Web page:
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The Fair Credit Reporting Act

The Fair Credit Reporting Act

When looking to borrow money, your credit report is the most important document that influences the lender's decision. This credit report contains sensitive personal data about your payment history on many types of loans and lines of credit, plus legal information about bankruptcy, foreclosure, and tax liens. Because of the importance of your credit report, the Fair Credit Reporting Act (FCRA) set to regulate the collection, dissemination, and use of consumer information, including consumer credit information.

History of the Fair Credit Reporting Act

As consumer credit became more common in the 1960s, the United States government wanted to create clear legislation regulating how consumer credit information would be stored and shared. Congress passed the resulting Fair Credit Reporting Act on October 26, 1970. FCRA has gone through a series of amendments and clarifications since the late 1990s. As a result, the current legislation is comprehensive and offers consumers a wide range of protections and rights.

Essential Components of the Fair Credit Reporting Act

  • View your credit report and score. All consumer reporting agencies, sometimes known as credit bureaus, must provide you with a copy of your credit report if you request it and verify your identity. You are eligible to get one free credit report each year from each of the three major credit bureaus. Use to view this report. If you require additional reports, you may need to pay. Credit bureaus also must disclose your credit score if you ask, but they can demand payment for this.
  • You have a right to know when a creditor uses information on your credit report against you. If a lender, credit card company, employer, or insurance company denies your application or takes other adverse action against you because of your credit report, they must notify you. The FCRA also states that they must tell you where they obtained that credit report.
  • Limit access to your credit report. Only specific companies can gain access to your credit report. Employers must get your written consent before obtaining your credit report. Others must have a valid reason for viewing your credit, such as reviewing your application for a loan or rental.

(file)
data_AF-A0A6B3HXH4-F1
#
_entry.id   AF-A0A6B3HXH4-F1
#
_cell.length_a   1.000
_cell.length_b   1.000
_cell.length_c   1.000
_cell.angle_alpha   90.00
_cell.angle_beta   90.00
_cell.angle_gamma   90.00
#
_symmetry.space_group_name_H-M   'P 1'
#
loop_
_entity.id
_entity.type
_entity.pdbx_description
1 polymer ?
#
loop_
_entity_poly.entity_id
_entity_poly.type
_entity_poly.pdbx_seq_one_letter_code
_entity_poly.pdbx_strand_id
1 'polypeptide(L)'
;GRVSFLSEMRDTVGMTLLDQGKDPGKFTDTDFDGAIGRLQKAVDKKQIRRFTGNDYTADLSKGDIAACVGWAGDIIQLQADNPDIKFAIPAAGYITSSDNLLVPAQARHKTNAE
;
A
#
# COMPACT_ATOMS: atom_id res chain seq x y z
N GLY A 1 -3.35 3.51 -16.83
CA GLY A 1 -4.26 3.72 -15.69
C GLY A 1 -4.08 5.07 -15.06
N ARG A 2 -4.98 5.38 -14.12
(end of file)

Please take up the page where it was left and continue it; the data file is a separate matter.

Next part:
• Investigate information you believe is inaccurate. Credit bureaus are responsible for maintaining accurate information in your credit file to the best of their ability. If you believe a piece of information is incorrect, you have the right to dispute it. The FCRA states that the credit bureau must investigate your dispute and verify from the source whether the information is correct.
  • Remove outdated information from your credit report. Negative credit history cannot stay with you forever. Credit bureaus must remove negative information after seven years or ten years in the case of some types of bankruptcy. If you ever find older negative information on your credit report, the credit bureaus must remove it promptly when you point it out.
  • Limit whether your name appears on lists provided to insurers and creditors. Many companies request lists of individuals who meet specific credit requirements when offering credit cards, insurance, and other consumer financial products. If you ask to remove your name from these lists, the credit bureaus must stop sharing your information. You can call 1-888-5-OPT OUT to opt-out of receiving prescreened offers.

The Fair Credit Reporting Act is national legislation. Some states have also created legislation to provide further consumer credit rights. Contact your state Attorney General if you want more information about state laws.